I’m joined today by history enthusiast Bob Aston. He’s telling us about the inspiration behind his Jack O’ series as well as the bumps on the road to publication.
Would you tell my blog readers a little about yourself?
Born in Oxford to Black Country parents, I was raised by my grandmother when my mother died early and my father waltzed off in search of pastures new. I had to leave school at the age of fifteen with no qualifications, an abhorrence of learning, and the conviction that I was stupid.
By an amazing stroke of luck, I became an apprentice in an engineering drawing office. Night School was a fresh start, for the subjects being studied there were relevant to my need to earn a wage.
After gaining experience at this and other engineering companies, I got a job as a Research Engineer at the University of Birmingham. While instructing the students in Machine Tool Technology, I was encouraged to undertake research work with the object of gaining a Bachelor of Arts degree. This was followed by a Master of Philosophy . . . both obtained by writing and submitting substantial theses.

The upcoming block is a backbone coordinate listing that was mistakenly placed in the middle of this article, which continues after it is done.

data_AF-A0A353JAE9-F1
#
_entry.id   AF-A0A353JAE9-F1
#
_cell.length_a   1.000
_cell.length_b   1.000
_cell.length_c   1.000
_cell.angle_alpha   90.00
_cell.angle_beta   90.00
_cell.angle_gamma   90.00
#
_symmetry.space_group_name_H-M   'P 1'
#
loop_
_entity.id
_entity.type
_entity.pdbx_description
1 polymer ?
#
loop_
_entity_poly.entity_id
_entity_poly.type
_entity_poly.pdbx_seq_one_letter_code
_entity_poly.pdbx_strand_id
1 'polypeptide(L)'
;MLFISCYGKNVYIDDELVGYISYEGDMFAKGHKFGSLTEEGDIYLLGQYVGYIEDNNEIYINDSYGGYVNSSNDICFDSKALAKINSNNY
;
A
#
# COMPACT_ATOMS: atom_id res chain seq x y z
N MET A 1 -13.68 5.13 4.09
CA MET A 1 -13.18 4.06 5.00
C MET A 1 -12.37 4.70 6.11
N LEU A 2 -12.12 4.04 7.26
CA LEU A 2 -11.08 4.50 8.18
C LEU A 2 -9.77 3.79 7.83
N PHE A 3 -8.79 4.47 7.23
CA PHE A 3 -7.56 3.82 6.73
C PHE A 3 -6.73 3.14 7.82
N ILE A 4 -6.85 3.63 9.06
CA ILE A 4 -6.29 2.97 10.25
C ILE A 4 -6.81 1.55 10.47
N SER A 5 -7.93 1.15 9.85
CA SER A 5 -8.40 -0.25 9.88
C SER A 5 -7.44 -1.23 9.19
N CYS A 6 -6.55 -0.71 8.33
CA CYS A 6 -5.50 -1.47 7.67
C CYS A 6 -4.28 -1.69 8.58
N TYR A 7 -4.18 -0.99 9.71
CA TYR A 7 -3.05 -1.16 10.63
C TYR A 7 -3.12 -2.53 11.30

(well you did ask)
What inspired you to start writing?
After the shock of unexpected (but voluntary) redundancy, I urgently needed to find an all-consuming pastime.
Having written the theses and articles for engineering journals, I wondered if I could write something with people in it. A short course in ‘Creating Writing’ showed me that I could. During the course, one of the tasks was to write about a building in Dudley. I chose Dudley Castle.
So when the course had finished, I tried sending one of my efforts to a weekly local newspaper.